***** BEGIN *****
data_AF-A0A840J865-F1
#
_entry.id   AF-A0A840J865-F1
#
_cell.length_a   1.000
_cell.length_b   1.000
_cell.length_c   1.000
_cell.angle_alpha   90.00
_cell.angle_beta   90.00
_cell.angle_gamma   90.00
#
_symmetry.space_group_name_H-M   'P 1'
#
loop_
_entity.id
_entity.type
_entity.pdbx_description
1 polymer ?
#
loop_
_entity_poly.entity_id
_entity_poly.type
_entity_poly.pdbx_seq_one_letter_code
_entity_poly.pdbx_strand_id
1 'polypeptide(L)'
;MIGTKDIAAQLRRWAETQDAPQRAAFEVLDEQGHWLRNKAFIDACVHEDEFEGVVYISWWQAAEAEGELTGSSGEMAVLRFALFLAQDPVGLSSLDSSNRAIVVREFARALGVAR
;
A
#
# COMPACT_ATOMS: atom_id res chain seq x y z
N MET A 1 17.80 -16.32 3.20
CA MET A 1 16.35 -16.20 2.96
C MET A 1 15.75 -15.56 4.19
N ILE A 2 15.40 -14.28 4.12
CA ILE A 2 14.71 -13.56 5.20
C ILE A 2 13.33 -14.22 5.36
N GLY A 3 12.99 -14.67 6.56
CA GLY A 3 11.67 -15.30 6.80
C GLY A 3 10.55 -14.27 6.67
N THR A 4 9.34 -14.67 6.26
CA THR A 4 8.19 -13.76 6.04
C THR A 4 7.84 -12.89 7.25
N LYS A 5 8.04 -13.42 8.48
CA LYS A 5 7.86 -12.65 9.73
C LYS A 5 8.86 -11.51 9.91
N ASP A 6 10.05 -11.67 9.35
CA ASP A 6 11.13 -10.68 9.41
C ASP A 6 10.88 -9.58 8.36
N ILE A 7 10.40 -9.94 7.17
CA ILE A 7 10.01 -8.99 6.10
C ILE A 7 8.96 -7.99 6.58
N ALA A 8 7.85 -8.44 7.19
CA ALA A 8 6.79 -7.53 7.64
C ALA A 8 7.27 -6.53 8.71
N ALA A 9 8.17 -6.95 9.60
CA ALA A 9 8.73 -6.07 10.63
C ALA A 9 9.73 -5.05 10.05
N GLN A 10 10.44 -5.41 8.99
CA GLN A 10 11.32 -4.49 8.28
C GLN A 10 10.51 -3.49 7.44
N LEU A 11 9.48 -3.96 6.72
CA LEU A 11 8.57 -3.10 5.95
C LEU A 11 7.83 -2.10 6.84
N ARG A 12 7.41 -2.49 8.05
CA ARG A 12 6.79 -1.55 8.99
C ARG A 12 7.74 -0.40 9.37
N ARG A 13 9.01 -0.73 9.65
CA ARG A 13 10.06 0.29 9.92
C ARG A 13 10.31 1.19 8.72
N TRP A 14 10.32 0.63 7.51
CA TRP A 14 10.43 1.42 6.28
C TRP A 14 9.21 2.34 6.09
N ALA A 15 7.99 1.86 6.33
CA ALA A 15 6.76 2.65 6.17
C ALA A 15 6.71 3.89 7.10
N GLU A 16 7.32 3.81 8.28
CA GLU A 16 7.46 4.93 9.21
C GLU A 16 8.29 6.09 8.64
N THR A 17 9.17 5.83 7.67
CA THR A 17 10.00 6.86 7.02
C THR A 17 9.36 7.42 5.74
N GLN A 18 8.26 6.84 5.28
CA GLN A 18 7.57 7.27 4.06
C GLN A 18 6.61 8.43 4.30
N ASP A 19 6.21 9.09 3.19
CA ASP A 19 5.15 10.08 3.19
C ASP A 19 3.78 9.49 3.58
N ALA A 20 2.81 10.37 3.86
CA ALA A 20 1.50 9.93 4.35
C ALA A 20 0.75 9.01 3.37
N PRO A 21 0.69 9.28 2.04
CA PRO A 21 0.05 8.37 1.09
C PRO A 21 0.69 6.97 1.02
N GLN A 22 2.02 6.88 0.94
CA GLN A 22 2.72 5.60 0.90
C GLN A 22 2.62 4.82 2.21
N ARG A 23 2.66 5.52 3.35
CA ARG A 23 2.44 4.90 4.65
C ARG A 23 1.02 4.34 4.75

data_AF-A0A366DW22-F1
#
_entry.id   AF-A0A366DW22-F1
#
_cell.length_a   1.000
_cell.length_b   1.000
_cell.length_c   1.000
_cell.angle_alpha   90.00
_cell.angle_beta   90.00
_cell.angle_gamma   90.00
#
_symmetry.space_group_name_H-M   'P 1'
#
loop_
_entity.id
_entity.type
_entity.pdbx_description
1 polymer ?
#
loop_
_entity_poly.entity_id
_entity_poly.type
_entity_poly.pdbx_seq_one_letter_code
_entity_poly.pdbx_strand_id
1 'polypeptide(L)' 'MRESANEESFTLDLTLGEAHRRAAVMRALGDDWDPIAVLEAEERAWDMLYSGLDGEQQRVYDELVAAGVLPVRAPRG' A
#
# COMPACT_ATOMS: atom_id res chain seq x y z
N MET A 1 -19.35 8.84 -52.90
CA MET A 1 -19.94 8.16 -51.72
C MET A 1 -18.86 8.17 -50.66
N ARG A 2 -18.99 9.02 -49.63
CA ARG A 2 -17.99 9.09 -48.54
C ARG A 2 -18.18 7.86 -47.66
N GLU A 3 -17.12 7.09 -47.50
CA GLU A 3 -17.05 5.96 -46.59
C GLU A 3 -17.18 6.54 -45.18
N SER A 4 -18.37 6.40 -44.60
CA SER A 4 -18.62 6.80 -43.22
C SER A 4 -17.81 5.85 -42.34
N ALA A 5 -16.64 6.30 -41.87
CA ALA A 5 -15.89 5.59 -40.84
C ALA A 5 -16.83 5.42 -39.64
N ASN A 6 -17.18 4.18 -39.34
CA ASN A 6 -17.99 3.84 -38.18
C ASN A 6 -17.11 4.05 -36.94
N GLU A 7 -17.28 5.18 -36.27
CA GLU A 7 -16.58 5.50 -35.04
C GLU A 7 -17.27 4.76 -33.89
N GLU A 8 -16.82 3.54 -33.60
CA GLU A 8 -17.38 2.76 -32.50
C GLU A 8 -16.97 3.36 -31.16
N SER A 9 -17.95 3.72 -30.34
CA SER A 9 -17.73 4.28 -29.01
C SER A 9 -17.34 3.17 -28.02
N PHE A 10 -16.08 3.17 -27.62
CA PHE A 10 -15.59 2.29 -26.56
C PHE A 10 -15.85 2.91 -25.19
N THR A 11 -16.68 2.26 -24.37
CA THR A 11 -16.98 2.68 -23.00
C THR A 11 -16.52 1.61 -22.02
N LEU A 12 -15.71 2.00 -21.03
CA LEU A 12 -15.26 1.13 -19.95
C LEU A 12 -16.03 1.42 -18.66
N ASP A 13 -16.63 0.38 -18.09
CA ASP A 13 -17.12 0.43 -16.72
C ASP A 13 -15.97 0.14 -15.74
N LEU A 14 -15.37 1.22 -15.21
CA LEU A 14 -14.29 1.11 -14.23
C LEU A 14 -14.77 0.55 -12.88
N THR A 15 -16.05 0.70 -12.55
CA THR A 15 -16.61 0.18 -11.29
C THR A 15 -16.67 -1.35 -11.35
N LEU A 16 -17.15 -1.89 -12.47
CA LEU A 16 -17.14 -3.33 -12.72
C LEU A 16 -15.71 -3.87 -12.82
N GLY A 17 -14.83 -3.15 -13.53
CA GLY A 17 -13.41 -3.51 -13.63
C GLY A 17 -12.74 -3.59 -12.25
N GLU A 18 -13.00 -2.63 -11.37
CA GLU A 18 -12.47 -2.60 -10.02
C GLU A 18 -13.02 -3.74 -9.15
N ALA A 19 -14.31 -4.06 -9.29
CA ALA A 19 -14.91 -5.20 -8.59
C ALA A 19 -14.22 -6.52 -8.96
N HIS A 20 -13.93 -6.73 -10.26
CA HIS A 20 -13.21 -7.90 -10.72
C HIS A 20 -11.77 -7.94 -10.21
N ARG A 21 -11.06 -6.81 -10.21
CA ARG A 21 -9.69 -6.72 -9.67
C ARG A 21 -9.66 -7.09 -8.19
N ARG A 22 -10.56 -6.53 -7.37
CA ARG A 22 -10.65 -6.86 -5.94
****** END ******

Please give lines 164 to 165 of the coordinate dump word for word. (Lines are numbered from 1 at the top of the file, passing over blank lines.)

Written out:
CA ASP A 13 -17.12 0.43 -16.72
C ASP A 13 -15.97 0.14 -15.74